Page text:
From job cuts to worsening mental and physical health, women are paying a higher price of this pandemic.
The pandemic has been brutal not just on people's physical and mental health but also in their ability to survive. More than 25 million people lost their jobs in March and April in the US and that is alarming but what is more disheartening is that women took the brunt of it, especially those of color. There are disproportionate effects by race, ethnicity, age, and marital status, according to Forbes. The economic downturn has been immense for individuals and many may not be able to recover from it. However, the pandemic has brought out gender discrimination and racism clearly to the fore when we look at who faced job cuts more. That's only the most visible way in which women are affected by the pandemic. Women are also paying a heavy price in other ways.
Here are six ways in which the pandemic is affecting women more than men:
The women who lost their jobs were already the most financially vulnerable ones. If we were to look at numbers, 13.4 million women lost their jobs compared to 11.9 million men during the same period. This resulted in only 45.8% of adult women being employed in April 2020. Many women are the sole breadwinners and losing their job is a big hit that could push them into poverty. Black, Asian, and Latina women were more affected in their employment-to-population ratios from February to April 2020 than White women.
Women worked four times more doing unpaid work than men during the coronavirus pandemic, according to the United Nations Development Program (UNDP). "Despite the rise in men's contribution to household chores, women shouldered most of the household labor, doing nearly four times as much unpaid work as men," İpek İlkkaracan, who helped prepare the survey, was quoted as saying by Bianet. With entire families being stuck at home, the demand for domestic and care services was on the rise and women faced the brunt of it.
With schools being closed and remote learning being promoted, women are also being burdened with the majority of the task of sitting through classes with children. Apart from the high demand for unpaid work at home, which includes more demand for household consumption items, women are also having to spend time with school work for kids. Many women work from home now and are also focussing on homeschooling their children compared to men, who are less likely to lose their job, as per The Conversation.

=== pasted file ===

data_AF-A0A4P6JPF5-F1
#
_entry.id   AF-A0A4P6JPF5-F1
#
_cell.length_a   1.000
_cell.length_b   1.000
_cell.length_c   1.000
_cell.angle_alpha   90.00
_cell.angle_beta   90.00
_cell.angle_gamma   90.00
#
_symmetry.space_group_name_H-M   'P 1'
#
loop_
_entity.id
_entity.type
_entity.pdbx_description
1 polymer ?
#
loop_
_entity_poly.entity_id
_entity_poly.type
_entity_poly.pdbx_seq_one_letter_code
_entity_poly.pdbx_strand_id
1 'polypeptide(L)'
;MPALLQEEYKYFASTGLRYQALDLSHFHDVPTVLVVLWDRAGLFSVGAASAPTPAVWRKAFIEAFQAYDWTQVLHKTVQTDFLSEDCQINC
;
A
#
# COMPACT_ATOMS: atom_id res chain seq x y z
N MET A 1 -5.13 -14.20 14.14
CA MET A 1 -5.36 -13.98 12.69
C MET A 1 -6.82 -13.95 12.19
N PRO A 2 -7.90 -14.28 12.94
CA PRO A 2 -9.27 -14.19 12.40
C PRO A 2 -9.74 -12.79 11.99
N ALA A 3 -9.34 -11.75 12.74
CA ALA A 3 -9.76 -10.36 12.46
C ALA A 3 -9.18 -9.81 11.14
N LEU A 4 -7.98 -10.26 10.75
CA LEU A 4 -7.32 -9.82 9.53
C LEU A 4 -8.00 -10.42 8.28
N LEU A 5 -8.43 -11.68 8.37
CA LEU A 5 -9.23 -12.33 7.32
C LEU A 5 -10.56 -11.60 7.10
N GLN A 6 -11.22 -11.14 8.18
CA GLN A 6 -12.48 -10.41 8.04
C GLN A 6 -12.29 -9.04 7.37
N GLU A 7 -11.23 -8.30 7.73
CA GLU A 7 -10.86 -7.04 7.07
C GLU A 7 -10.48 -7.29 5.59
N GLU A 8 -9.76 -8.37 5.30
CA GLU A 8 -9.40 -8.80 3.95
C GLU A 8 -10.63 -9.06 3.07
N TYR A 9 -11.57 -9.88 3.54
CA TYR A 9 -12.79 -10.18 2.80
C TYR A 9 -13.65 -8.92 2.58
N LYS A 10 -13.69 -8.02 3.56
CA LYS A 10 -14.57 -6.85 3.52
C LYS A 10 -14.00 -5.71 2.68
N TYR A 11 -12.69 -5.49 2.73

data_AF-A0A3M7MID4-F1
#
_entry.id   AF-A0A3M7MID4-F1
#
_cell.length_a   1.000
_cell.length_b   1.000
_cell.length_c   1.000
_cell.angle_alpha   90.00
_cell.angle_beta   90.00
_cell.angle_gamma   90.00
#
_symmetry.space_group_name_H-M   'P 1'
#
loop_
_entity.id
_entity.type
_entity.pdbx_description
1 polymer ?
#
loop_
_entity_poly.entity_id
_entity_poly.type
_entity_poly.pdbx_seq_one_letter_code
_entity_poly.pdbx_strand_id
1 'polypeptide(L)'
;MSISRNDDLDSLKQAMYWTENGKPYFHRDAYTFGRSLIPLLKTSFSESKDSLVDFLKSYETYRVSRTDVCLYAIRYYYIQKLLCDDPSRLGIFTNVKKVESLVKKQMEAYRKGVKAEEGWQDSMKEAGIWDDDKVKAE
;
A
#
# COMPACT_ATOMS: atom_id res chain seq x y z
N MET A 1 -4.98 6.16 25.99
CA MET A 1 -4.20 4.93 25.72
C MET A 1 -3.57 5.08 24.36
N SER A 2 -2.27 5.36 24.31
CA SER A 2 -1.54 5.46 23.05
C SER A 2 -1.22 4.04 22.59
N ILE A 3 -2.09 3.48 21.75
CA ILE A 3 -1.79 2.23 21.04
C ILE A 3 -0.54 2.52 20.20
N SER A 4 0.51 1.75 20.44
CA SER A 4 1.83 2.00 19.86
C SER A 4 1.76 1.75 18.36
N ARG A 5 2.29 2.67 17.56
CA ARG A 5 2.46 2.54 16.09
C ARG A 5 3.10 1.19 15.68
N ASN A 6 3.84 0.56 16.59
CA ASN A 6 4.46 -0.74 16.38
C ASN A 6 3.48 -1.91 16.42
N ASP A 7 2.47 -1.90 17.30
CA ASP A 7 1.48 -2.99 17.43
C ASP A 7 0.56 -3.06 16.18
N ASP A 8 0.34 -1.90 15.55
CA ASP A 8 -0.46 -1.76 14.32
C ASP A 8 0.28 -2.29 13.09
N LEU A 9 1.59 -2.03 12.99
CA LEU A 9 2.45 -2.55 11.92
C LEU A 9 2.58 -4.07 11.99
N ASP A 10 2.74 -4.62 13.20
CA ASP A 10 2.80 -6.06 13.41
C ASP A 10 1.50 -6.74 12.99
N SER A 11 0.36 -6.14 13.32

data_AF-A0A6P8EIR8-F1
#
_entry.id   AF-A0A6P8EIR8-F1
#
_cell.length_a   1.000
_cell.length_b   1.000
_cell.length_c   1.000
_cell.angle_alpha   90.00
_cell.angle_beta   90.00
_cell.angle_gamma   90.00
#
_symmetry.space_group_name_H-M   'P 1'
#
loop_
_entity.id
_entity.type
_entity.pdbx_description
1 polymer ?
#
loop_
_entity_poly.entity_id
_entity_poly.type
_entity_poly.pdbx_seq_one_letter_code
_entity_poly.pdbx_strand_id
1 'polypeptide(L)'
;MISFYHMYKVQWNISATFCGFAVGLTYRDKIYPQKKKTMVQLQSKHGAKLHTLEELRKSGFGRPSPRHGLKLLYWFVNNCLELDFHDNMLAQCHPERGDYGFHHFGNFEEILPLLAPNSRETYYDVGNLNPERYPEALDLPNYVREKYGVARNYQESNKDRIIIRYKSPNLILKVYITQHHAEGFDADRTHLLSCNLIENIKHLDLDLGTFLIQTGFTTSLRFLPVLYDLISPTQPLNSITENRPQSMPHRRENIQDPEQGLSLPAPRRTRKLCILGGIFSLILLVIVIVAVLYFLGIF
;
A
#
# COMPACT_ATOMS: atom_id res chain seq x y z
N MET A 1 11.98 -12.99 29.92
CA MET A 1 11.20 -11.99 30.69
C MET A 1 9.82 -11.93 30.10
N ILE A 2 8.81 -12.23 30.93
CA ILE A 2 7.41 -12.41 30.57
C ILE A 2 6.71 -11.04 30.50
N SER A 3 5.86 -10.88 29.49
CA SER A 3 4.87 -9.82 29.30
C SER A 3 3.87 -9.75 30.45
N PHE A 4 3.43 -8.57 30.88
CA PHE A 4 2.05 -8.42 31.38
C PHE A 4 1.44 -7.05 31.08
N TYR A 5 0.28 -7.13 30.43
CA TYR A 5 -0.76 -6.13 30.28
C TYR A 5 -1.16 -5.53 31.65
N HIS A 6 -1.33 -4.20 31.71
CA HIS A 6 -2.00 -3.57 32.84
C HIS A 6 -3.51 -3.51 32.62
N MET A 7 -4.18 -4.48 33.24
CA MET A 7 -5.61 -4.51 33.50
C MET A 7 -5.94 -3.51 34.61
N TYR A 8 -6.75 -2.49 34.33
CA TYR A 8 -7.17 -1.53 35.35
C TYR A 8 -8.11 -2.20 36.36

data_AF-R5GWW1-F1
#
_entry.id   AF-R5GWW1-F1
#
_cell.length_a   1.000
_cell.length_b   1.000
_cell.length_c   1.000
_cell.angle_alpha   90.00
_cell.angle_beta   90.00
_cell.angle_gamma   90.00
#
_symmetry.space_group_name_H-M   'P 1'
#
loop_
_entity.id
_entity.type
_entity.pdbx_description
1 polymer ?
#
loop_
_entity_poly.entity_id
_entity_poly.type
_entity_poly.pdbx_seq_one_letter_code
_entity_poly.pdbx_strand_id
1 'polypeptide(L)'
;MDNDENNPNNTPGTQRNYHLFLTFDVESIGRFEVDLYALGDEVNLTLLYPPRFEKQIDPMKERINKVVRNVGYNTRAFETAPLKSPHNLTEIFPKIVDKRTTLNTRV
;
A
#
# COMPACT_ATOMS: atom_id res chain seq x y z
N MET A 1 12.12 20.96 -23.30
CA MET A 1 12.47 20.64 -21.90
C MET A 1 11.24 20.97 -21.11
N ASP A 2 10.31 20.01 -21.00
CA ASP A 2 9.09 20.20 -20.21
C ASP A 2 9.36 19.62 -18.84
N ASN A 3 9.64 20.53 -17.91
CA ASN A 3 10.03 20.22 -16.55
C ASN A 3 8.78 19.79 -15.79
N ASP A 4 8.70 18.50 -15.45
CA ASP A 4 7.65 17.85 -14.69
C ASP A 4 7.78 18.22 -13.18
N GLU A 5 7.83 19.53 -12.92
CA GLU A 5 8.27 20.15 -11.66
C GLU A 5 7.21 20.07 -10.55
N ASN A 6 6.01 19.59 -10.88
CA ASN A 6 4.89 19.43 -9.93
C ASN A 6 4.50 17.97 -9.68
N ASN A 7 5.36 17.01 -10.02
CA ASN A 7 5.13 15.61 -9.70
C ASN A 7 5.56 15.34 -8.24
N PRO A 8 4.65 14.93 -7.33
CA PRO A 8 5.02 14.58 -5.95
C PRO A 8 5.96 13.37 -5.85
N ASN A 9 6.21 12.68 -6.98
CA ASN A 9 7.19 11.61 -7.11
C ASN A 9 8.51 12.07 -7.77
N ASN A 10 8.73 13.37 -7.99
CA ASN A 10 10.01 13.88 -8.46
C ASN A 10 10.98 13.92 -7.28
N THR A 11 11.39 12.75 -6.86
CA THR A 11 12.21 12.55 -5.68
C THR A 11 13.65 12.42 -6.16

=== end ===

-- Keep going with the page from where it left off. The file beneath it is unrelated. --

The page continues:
With many hours spent at jobs and increased domestic labor, many women are finding lesser time for self-care and wellbeing, which can increase stress. Higher stress is also linked to increased cases of depression and anxiety. "Stress expresses itself in all of the body's organs — and usually not in a good way," said dermatologist David J. Leffell, chief of dermatologic surgery and cutaneous oncology at the Yale School of Medicine, to AARP.
With people being in a flight-or-fight state due to the pandemic, stress can cause headaches, heart attacks, weight gain, digestive troubles, skin rashes, general aches and pains, and even accelerated aging.
Women find same-sex social interactions to be more rewarding than males, according to a study by Georgia State University. Women are also more affected by oxytocin than men which is why being unable to have social interaction with other women can be disheartening for them. More importantly, staying indoors for long hours has multiple harmful effects. "Staying inside all the time may lead to one missing out on several health benefits of sunlight," NYC-based physician Dr. Nesochi Okeke-Igbokwe, tells Bustle. "Exposure to the sun is essential as it can help with the regulation of one's circadian clock, it enables the body to synthesize vitamin D, and additionally helps to improve one's mood."
The rise in domestic abuse across the world has been so high that the UN described it as a "shadow pandemic" alongside Covid-19. As per BBC, cases have increased by 20% during the lockdown because many people are trapped at home with their abuser. The victims of domestic abuse are also finding it harder to call crisis hotlines and with higher unemployment, it has become harder for women to move out.
"Financial resources are a huge factor in being able to get away from your abuser, and right now we are in an economic crisis" and are socially isolated, Kiesha Preston, an advocate for survivors of domestic abuse, told NPR. "This honestly creates a situation where it's easier for abusers to utilize finances as a tool of abuse," she added.
If you or someone you know is in crisis, help is available.
Call the National Suicide Prevention Lifeline at 1-800-273-8255.
Text the Crisis Text Line: Text HOME to 741741 to connect with a crisis counselor 24/7 in the U.S. and Canada.
Call the Substance Abuse and Mental Health Services Administration's National Helpline at 1-800-662-4357.
Call the National Alliance on Mental Illness' HelpLine at 1-800-950-6264.
Call the National Domestic Violence Hotline at 1-800-799-7233 or 1-800-787-3224 for TTY, or if you’re unable to speak safely, you can log onto thehotline.org or text LOVEIS to 22522.